Haye v Ruiz - big fight preview
An old saying in boxing, 'styles make fights' refers to the belief that the way a particular boxer fights can present both natural advantages and hindrances against different opponents.
For example, a very heavy puncher may find himself a favourite against a fighter who likes to operate on the inside, yet he'd be disadvantaged when facing a slicker boxer who moves, jabs, and looks to score points.
Sometimes, these clashes result in great match-ups, when a brawling, attacking fighter has to chase down a slippery, defensive opponent. Have a look at the first fight between Sugar Ray Leonard and Roberto Duran to see what I mean.
However, sometimes, just as you may have found out to your cost with that tie and shirt combo, styles clash badly, and produce an all-round stinker. Carl Froch and Andre Dirrell both wanted to win in their opening bout of the Super Six tournament, but one man's chasing and another's avoidance created a total lack of action, and left most observers feeling cold.
John Ruiz has a style that, at best, can be described as 'effective.' Others have labelled him 'the dullest fighter on Earth,' 'a cure for insomnia,' and a participant in 'the most boring trilogy in boxing history.'
His nickname, 'The Quiet Man,' hardly strikes fear into opponents or excitement in fans, he's not a devastating puncher, he doesn't produce press-conference thrills or provide any sound bites for the media to latch onto. He's a hard sell, and his highlight reel, if such a thing exists, would consist of him holding onto his opponents, spoiling his way to wins, and operating with jab and grab tactics that frustrate fighters and fans in equal measure.
In stark contrast, David Haye has largely fought with a single-minded determination to destroy his opponents as soon as possible. Of the 23 wins he's chalked up, 21 have been knockouts, with two notable exceptions.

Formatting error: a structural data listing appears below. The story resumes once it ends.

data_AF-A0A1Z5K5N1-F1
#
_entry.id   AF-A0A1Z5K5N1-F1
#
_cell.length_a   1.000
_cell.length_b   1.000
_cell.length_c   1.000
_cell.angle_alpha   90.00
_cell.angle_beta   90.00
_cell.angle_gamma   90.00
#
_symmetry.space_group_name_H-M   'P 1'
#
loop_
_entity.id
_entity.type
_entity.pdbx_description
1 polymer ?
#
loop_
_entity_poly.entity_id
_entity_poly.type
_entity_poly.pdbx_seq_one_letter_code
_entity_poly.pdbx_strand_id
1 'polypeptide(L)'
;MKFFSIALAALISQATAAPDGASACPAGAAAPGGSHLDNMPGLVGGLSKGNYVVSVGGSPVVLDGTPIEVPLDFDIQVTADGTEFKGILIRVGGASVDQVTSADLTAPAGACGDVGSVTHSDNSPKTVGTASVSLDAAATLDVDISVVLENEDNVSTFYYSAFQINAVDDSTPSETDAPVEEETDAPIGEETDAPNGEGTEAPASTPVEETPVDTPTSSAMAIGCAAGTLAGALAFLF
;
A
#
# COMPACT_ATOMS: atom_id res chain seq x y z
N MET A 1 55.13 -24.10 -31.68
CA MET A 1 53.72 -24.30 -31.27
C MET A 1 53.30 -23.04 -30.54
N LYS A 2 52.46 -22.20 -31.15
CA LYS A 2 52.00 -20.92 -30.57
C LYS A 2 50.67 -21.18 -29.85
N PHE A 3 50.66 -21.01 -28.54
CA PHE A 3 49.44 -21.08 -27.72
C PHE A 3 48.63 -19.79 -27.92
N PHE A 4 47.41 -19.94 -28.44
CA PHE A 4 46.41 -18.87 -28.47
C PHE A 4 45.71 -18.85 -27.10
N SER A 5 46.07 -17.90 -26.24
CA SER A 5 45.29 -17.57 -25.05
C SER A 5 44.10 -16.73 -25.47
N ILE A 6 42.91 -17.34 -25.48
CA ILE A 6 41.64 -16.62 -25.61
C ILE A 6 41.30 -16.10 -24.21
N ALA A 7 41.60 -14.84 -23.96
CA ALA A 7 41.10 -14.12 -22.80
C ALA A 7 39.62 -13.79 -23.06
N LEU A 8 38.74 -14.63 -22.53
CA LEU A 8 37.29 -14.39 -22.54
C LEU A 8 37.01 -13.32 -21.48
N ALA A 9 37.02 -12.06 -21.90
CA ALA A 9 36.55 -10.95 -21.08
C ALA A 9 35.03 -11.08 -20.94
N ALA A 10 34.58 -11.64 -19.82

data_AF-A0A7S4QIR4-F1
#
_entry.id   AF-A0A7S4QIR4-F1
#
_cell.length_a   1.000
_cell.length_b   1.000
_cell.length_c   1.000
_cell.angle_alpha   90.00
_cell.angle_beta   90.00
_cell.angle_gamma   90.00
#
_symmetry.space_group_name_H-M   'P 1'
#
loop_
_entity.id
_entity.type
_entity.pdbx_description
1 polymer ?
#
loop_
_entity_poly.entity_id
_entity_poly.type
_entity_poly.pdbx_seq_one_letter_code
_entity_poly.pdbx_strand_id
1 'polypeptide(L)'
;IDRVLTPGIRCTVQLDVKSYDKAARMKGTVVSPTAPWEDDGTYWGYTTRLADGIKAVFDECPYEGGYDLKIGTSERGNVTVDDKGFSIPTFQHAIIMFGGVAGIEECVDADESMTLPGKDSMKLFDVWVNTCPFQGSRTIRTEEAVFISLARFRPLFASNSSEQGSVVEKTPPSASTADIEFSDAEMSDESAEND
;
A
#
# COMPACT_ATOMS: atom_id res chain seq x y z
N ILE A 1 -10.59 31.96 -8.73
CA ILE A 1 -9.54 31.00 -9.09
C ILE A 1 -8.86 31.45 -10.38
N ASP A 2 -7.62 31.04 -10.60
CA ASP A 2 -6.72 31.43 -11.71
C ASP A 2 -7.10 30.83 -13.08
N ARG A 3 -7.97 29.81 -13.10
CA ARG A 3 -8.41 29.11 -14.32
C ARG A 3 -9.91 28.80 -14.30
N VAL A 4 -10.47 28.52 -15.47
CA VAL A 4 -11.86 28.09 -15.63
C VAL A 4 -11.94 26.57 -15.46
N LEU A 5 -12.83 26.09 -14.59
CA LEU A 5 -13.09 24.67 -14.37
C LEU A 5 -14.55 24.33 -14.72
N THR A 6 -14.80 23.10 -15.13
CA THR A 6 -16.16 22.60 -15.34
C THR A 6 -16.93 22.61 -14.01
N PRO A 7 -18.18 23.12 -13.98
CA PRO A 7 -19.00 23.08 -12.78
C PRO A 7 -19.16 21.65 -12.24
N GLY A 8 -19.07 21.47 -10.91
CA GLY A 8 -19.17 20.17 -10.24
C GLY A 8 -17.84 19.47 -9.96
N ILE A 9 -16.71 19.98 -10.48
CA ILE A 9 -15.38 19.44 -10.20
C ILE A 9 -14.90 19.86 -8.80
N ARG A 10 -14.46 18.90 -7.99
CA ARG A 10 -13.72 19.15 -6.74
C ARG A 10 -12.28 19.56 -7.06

Ismail Abdoul was carried the full twelve by Haye who later admitted he'd used the fight as an exercise in which to gain some professional rounds, limiting his punch output and making sure he took a comfortable points win, which he did by winning every round on every card.
This may have been a worthwhile tactic, given Haye's propensity for ending things early - fifteen opponents have not heard the bell for the fourth round. His other victory that needed the involvement of the judges was his latest fight, a majority decision win against Nikolai Valuev, the gigantic Russian who Haye promised to knock out but instead bamboozled with his movement, speed, agility, and points scoring shot selection that had the big man swinging at thin air time and again.
I thought a majority decision was a poor verdict, as Haye landed far more shots than the lumbering giant, who may have pressed the fight but was simply well beaten by perfect tactics and expert counterpunching.
What that fight showed was Haye's ability to adapt and change his usual tactic of charging in, all guns blazing, and trying to take his opponent out early. Then again, Valuev was a truly massive man, outweighing Haye by 99 pounds.
It would have been suicidal of Haye to try and get involved in a stand-up trading session with someone who could tie him up and use every ounce of his seven foot, twenty-two stone frame to leave Haye exhausted.
The same cannot be said of Ruiz, who's an inch shorter than Haye and will probably only outweigh him by around one stone. He's remarkably similar in size to Monte Barrett, who was dropped five times en-route to a stoppage loss in Haye's first heavyweight appearance following the beatings he doled out to Enzo Maccarinelli and Jean-Marc Mormeck at cruiserweight.
I think therefore that there will be no question of Haye's intentions this time out. Ruiz is a dull fighter who will come looking to drag Haye into a scrappy war of attrition which might disappoint those in attendance, but it's won him two heavyweight titles in the past and he's not going to change now.
Haye is saying that he's not looking past this fight but somewhere in the back of his mind lurk the figures of Vitali and Wladimir Klitschko, and he knows a statement has to made against Ruiz to make a fight with one of them happen for definite.
A dull, laboured points win against a man who's career has been made of such contests won't do. I believe Haye has to go out with a totally different game plan to the one he showed against Valuev, and go back to the swashbuckling days gone by, albeit with a more measured approach.
I see Haye feeling out Ruiz early, but not for long and he could possibly start throwing the trademark right-hand bombs as early as the first. Ruiz of late has been in with big, slow heavyweights, including Valuev twice but also Jameel McCline and Otis Tisdale. Haye is the polar opposite of these men and will be so much faster than anything Ruiz is used to that it could shock him right from the start.
I think Haye becomes only the second man ever to stop Ruiz, and I think he stops him early.